“It’s a fair cop guv, you have me bang to rights. Winchester Hospital is my other paymaster.”
“Are they now? I might just have to send the boys round if we get too much of this. What, if I may ask, are you doing for them?”
“Examining one elderly gent who appears to have had a stroke but as he was found having left the gas on overnight I have to establish whether or not he killed himself or died from natural causes. Then there is the other man, a young one this time, who crashed his motor bike into oncoming traffic. He appears to have had a heart attack but since he was only nineteen I need to examine him. There is then a set of less interesting cases concerning various elderly people who may or may not have died naturally but for whom the insurance companies are refusing to pay out as they are disputing the causes of death. Oh, the life I lead is such an exciting one.”
Adam joined in her laughter.
“I can see now why you are so keen to help us with our investigations. You need a break from all that mundane nonsense”
“And the reams of paper work that goes with it,” said Hilary.
Hilary ran the tap water again filling the glass only half way this time. She drank it as before, in a series of large gulps.
“You are thirsty.”
“Tomorrow night?” said Hilary unexpectedly.
“What about it?”
“Where are we eating?”
“It’s a surprise.”
“Fine, I like surprises but a girl needs to know what to wear, so then, is it casual or formal? If it is casual then I can wear something accordingly but if it’s formal then I need to know how formal.”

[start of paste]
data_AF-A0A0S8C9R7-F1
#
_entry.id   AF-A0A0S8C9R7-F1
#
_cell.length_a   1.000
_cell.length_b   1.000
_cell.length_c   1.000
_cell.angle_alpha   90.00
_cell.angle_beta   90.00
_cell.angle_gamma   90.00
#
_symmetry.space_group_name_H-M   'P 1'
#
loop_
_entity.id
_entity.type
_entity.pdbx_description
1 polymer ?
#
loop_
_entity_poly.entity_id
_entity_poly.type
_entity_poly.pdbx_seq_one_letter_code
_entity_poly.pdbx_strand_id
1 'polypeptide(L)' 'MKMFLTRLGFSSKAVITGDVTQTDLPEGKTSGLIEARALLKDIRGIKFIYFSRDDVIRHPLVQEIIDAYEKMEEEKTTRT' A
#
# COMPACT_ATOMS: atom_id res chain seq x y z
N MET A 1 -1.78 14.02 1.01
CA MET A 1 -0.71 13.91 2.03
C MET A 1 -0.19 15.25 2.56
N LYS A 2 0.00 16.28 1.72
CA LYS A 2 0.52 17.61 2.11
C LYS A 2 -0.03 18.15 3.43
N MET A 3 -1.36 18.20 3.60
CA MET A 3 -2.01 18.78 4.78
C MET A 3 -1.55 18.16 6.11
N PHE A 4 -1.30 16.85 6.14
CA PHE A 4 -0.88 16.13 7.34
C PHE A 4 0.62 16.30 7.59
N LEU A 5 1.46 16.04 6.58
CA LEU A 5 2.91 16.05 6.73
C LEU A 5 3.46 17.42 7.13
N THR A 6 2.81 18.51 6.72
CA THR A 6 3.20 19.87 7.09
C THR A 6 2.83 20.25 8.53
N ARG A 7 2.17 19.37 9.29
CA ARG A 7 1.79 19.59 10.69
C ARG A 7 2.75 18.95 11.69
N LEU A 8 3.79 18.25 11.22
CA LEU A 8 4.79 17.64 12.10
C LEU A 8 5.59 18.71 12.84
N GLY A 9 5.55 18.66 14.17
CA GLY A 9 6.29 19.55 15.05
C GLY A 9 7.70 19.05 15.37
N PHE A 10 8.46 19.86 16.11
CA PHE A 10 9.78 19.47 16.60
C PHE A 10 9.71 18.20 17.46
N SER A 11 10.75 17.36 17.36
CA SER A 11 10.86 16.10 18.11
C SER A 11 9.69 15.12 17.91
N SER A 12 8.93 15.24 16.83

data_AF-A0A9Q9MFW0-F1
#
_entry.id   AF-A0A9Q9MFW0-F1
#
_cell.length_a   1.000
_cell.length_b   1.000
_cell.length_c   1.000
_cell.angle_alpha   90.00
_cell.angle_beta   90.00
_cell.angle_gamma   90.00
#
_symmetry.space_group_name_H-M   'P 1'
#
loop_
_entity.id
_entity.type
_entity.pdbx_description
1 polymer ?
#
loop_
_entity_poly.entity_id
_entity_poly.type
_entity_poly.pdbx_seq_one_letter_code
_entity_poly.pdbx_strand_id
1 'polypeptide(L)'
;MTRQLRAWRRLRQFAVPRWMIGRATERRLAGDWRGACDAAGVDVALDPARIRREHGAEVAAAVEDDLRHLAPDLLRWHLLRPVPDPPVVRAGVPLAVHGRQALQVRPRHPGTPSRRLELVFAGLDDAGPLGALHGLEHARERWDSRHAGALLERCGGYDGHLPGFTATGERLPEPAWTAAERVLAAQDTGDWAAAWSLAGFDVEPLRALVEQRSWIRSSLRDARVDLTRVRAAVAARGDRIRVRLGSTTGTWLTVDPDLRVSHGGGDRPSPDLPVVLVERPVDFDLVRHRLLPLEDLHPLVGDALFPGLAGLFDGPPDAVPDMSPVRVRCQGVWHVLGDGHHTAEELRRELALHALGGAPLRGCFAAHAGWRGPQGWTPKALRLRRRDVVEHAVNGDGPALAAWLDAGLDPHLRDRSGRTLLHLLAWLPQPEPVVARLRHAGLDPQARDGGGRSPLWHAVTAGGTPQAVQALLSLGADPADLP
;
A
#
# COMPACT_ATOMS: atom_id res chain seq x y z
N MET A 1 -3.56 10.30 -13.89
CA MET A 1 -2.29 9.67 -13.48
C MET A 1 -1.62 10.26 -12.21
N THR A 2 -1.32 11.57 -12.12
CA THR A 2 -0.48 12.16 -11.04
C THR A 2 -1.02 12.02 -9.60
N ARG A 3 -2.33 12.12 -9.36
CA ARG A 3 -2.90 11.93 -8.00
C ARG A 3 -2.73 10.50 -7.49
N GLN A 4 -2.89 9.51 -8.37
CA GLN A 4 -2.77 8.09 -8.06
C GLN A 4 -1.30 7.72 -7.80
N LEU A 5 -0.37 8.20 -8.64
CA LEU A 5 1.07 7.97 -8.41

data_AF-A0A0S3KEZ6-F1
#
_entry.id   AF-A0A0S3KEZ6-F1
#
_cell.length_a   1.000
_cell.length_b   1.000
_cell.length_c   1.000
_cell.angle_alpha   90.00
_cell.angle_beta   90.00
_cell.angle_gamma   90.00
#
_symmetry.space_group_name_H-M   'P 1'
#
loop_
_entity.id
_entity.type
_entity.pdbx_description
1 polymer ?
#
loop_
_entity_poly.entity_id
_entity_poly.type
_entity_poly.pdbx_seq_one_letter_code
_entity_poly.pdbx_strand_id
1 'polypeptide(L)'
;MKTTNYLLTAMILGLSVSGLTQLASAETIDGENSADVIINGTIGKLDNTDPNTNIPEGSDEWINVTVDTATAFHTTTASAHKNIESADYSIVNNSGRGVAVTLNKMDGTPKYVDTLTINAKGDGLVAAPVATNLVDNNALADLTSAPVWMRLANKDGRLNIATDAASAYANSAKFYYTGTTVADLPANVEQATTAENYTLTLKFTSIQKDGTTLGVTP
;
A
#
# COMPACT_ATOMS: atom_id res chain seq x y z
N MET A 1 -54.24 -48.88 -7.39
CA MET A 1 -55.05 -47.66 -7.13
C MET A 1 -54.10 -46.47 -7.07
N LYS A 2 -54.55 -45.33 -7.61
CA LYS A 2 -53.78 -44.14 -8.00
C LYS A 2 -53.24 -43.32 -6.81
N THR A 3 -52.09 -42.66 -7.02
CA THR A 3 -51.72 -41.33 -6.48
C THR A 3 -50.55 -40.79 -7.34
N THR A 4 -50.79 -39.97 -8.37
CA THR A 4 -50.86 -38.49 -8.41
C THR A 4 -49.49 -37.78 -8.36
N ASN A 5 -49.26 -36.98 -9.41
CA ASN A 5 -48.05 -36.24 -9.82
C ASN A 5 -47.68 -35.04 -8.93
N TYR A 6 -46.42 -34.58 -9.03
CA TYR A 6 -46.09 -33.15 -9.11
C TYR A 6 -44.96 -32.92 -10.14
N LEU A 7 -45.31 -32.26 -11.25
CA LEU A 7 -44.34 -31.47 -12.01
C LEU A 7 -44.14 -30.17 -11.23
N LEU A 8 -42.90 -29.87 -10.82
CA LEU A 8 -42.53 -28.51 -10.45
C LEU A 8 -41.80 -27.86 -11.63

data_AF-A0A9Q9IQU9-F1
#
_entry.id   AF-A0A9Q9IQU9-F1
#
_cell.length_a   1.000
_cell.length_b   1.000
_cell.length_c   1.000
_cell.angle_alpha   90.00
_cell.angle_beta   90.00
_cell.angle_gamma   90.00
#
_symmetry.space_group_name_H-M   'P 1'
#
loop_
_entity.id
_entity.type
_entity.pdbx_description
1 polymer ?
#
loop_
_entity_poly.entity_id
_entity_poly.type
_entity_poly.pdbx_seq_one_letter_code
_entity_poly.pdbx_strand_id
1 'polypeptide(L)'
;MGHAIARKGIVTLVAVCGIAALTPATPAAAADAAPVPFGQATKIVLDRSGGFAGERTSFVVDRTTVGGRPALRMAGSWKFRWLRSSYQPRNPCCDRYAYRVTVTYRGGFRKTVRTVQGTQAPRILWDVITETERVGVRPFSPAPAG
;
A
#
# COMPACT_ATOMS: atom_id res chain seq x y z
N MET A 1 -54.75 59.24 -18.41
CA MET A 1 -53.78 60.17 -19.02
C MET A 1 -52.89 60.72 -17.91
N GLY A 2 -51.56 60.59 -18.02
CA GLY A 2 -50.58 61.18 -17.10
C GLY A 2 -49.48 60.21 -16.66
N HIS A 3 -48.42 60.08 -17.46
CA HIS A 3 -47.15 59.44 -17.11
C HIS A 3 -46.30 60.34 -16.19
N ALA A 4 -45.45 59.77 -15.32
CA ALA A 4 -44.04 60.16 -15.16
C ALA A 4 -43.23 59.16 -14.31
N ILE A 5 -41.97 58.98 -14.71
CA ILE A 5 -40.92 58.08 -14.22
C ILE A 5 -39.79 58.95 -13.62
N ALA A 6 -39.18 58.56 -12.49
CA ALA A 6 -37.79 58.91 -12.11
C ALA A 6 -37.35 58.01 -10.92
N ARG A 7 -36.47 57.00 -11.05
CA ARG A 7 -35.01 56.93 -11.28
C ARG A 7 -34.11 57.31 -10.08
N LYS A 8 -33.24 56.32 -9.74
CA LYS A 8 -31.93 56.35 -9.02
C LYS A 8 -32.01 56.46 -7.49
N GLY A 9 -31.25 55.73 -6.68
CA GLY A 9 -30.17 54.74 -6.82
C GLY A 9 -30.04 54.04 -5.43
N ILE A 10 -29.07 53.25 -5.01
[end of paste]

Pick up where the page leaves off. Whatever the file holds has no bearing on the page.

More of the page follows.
Lazarus made a sound of air rushing through his teeth.
“Good lord, well, let me see, I guess it is formal, quite swanky as it goes. Does that help?”
“How swanky, not black tie surely?”
“No, of course, no, posh but not too stiff.”
“Fine, I will wear my black dress then.”
“It’s a restaurant, not a funeral.”
“And you’ll be going to the restaurant alone if I hear anymore cracks like that, buster.”
They both laughed. There was a sense of intimacy building in their relationship, one that not only allowed a liberal attitude but a degree of latitude in the way each of them felt suited the mood. It was this flexibility that Hilary found most charming about Adam Lazarus. He wasn’t the sort of man keen to impress. He was smart enough and confident enough to take on the chin the teasing that Hilary liked to give.
“I will bear that in mind the next time we do a recce of restaurants. I wouldn’t want you turning up wearing the wrong clothes now would I?”
He stood up as if to go.
“And what would be the wrong clothes?” asked Hilary.
Lazarus gazed directly at her drawing her eyes into his.
“I am jealous of all the clothes you wear. I wish I could be them so that I could be forever touching your skin.”